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With Motion, Cisco Seeks To Extend Reach

The 800-pound gorilla of wired networks is seeking to extend its control over the wireless side as well. Should IT cheer or run?

John Chambers has been talking for a couple of years now about transforming the way enterprises use and manage IT resources. With Cisco Motion, he's finally poised to deliver.

Cisco last week unveiled Motion, its new brand for mobile and wireless technology, along with an appliance, called the Cisco 3300 Series Mobility Services Engine (MSE) and due next month, that's designed to manage devices and applications across both wireless and wired networks.

MSE works exclusively with Cisco wireless gear.

The Motion strategy almost certainly is ahead of the market, as few companies are prepared to unify their wired and wireless networks and run apps across them. Still, when the 802.11n standard is ratified later this year or in early 2009, the trend toward pervasive WLANs will pick up steam--and the problems of disparate wired and wireless management will be intensified. Cisco no doubt hopes IT groups will see Motion as helping corral devices while providing a smoother upgrade path to 11n. For example, the new product includes a client manager designed to give IT greater control over the myriad types of mobile devices that employees carry. Deploying, securing, and managing these has become a pressing problem.

Of course, this level of control requires collaboration agreements. At press time, Cisco had announced a slate of partners that included Hewlett-Packard, IBM, Nokia, and Oracle but notably excluded Microsoft, Palm, Research In Motion, and Symbian. A spokeswoman says the company is "working aggressively" to bring in additional device manufacturers.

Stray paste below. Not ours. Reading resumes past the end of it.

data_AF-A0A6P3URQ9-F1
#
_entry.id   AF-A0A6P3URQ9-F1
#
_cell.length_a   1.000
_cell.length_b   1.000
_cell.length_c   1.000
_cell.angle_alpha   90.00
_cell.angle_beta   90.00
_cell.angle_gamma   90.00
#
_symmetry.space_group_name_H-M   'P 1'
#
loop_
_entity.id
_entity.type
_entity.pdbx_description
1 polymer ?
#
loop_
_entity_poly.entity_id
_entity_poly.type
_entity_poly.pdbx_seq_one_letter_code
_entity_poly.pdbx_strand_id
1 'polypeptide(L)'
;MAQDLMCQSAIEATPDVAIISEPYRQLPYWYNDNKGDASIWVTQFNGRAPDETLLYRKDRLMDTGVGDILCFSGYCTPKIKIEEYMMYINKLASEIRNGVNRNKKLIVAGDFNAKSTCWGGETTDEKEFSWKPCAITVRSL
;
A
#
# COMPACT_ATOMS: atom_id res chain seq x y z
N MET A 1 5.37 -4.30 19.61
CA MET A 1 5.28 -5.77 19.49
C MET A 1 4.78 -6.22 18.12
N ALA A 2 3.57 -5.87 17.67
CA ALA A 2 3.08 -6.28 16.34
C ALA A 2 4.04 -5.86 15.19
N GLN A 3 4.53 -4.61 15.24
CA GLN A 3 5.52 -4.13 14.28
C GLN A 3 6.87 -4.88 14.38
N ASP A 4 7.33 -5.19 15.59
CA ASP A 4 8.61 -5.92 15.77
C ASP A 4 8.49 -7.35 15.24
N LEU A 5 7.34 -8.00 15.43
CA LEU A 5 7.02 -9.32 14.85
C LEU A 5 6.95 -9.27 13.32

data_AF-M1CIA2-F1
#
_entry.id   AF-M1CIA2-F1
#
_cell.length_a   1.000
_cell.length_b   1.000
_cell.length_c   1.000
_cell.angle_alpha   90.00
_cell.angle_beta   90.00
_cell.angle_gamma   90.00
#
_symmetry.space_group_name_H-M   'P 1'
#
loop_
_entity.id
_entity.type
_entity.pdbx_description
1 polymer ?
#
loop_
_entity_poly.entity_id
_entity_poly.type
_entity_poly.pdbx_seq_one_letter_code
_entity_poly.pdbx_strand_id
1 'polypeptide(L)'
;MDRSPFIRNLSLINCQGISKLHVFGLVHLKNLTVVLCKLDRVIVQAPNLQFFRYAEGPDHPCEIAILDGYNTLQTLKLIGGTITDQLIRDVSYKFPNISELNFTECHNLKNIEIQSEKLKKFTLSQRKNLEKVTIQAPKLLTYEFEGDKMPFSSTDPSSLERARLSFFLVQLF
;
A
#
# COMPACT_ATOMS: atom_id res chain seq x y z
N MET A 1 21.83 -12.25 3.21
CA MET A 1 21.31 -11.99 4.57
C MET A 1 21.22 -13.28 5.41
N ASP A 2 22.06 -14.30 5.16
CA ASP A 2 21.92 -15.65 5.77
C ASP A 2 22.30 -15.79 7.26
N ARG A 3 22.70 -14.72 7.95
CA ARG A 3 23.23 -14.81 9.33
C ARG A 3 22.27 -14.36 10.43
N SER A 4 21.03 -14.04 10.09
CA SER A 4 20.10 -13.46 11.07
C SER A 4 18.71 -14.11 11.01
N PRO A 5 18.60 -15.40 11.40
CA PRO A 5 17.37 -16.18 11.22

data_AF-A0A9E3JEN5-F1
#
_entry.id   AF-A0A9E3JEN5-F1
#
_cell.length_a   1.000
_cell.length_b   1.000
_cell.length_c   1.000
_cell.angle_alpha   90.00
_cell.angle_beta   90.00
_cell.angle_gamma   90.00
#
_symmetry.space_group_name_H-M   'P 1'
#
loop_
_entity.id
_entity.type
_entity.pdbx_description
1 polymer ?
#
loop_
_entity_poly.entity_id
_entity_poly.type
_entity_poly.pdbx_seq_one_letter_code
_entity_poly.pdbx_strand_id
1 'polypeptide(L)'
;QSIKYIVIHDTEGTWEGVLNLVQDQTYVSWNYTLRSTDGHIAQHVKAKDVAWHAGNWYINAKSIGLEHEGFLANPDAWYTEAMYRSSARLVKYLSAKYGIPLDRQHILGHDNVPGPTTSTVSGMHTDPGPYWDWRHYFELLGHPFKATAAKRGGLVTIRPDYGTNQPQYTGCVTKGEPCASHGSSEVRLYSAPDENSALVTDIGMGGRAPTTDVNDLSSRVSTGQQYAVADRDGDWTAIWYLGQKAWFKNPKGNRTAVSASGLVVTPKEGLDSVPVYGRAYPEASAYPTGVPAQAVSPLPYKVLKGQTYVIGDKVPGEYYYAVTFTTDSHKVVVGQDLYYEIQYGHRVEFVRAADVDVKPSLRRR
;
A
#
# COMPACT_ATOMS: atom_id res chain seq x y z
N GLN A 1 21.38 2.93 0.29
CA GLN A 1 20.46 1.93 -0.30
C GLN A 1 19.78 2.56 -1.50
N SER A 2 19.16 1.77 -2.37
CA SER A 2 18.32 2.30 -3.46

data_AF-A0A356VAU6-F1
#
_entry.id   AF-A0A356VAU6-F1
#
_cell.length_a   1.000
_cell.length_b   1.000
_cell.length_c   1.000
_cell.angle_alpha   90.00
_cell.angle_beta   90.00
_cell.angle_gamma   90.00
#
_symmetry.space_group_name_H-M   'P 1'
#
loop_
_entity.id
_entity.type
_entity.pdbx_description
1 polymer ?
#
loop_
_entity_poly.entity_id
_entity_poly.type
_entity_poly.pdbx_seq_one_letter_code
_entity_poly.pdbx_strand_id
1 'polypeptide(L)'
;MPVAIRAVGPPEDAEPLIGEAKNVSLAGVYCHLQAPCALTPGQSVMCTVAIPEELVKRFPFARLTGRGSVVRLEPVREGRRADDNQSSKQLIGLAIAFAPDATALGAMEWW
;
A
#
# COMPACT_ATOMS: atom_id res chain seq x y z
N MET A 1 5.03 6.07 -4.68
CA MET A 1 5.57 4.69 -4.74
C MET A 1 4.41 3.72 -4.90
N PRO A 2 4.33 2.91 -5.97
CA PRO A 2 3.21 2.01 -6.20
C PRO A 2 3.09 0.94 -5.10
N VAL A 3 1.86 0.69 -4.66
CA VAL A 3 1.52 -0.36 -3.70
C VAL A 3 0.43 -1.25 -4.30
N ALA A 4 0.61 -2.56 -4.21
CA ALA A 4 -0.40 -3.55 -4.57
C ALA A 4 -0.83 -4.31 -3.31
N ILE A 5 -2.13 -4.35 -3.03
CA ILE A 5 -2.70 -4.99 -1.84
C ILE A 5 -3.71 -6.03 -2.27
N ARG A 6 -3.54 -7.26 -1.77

Chambers: Bring on any network, any device

Chambers: Bring on any network, any device

It would be easy to write off the new Motion strategy as an exercise in rebranding, except for two things. First, MSE includes an open API that will allow third-party applications to run on top of Cisco networking equipment. And second, Motion really is an attempt at a comprehensive solution to a multifaceted set of challenges. Mobile devices and apps can no longer be managed separately from the overall business network architecture. Laptops, smartphones, dual-mode devices that run over cellular or Wi-Fi networks--all are now as integral to enterprises as the conventional desktop PC and must be treated as such. Cisco has accomplished the neat trick of relocating mobile middleware, the software that collects and stores data on individual clients and the apps they run, in the network.

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Allowing third-party developers to create apps to run across multiple networks, however, won't mean much without the involvement of leading handset makers. For now, the Motion system is, essentially, a way to manage Cisco wired and WLAN gear and Nokia handsets from one pane. A big step, to be sure, but not the transformation Cisco clearly seeks.

Given the company's dominant market share, though, MSE will create an underlying platform that could give the networking company an even bigger chunk of customers' IT budgets. That's not necessarily a bad thing. Perhaps only Cisco has the networking muscle, engineering chops, and marketing clout to really pull together wired and wireless networks in a way that serves businesses. That's a goal enterprise CIOs should cheer.

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